Developing a learning outcomes framework to enable goal attainment
To ensure that instruction inside classrooms is completely focused on foundational learning skills, a new learning outcome framework for literacy and numeracy has been devised for grades 1-5. This learning outcome framework is called the ‘Prerna Soochi’. It consists of learning outcomes related to foundational learning skills in literacy and numeracy that the child needs to be taught in each grade. These outcomes, which range between 14-16 for each subject and each grade, have been made concise and ‘skill driven’ to ensure clarity for teachers (Illustrations 2 and 3). The most critical outcome from this list of 14-16 outcomes makes up the Prerna Lakshya.
To make the ‘Prerna Soochi’ completely suitable to the needs of classrooms in UP, the process of deciding each learning outcome was deeply consultative and immersive. A comprehensive analysis and mapping of Early Grade Reading Assessment (EGRA) and Early Grade Mathematics Assessment frameworks, NCERT and SCERT (Uttar Pradesh) outcomes framework for literacy and numeracy was conducted. In addition to this the diversity of stakeholders involved in development—SSA (Samagra Shiksha Abhiyan), SCERT, Language and Learning Foundation, Vikramshila, Central Square Foundation and the academic core group (comprising experienced school teachers from UP), ensured that the framework was comprehensive and struck a balance between aspirational and essential learning targets.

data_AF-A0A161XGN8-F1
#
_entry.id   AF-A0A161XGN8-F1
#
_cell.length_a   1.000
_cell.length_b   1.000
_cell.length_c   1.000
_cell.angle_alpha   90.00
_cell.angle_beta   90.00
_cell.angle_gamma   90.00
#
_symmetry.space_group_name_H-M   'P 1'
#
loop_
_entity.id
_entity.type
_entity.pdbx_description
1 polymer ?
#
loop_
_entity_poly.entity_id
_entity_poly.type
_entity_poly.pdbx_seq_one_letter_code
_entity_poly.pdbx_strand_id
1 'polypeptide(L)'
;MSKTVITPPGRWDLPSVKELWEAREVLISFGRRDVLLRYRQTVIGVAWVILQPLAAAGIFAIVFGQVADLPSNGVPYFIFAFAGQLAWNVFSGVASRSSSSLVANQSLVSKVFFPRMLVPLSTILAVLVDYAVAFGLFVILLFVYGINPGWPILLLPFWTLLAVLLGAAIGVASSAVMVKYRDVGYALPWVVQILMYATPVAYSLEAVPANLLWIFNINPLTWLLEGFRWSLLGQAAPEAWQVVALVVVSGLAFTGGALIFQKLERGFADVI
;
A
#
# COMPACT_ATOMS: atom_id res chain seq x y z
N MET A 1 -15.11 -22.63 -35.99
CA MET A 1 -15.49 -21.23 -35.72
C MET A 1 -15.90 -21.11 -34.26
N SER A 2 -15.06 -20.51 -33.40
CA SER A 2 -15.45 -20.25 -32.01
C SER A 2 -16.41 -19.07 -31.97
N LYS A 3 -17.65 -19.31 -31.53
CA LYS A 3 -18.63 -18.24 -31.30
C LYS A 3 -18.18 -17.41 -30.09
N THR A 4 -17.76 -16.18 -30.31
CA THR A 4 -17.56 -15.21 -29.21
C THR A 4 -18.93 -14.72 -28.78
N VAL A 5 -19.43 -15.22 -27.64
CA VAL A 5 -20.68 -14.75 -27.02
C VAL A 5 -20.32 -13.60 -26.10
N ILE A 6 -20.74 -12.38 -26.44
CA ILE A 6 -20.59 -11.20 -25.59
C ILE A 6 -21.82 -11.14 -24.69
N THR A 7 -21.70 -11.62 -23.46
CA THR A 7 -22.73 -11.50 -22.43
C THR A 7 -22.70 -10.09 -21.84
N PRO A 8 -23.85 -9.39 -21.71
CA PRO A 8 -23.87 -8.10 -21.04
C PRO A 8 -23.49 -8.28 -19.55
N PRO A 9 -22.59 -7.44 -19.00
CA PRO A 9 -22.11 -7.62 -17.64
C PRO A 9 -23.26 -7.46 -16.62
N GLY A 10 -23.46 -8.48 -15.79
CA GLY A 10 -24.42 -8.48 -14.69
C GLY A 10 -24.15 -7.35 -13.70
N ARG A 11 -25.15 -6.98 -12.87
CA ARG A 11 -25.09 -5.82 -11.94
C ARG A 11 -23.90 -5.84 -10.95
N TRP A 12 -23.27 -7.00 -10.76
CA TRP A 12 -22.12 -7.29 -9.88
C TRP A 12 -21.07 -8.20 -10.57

Helping teachers adapt to learning outcomes-based teaching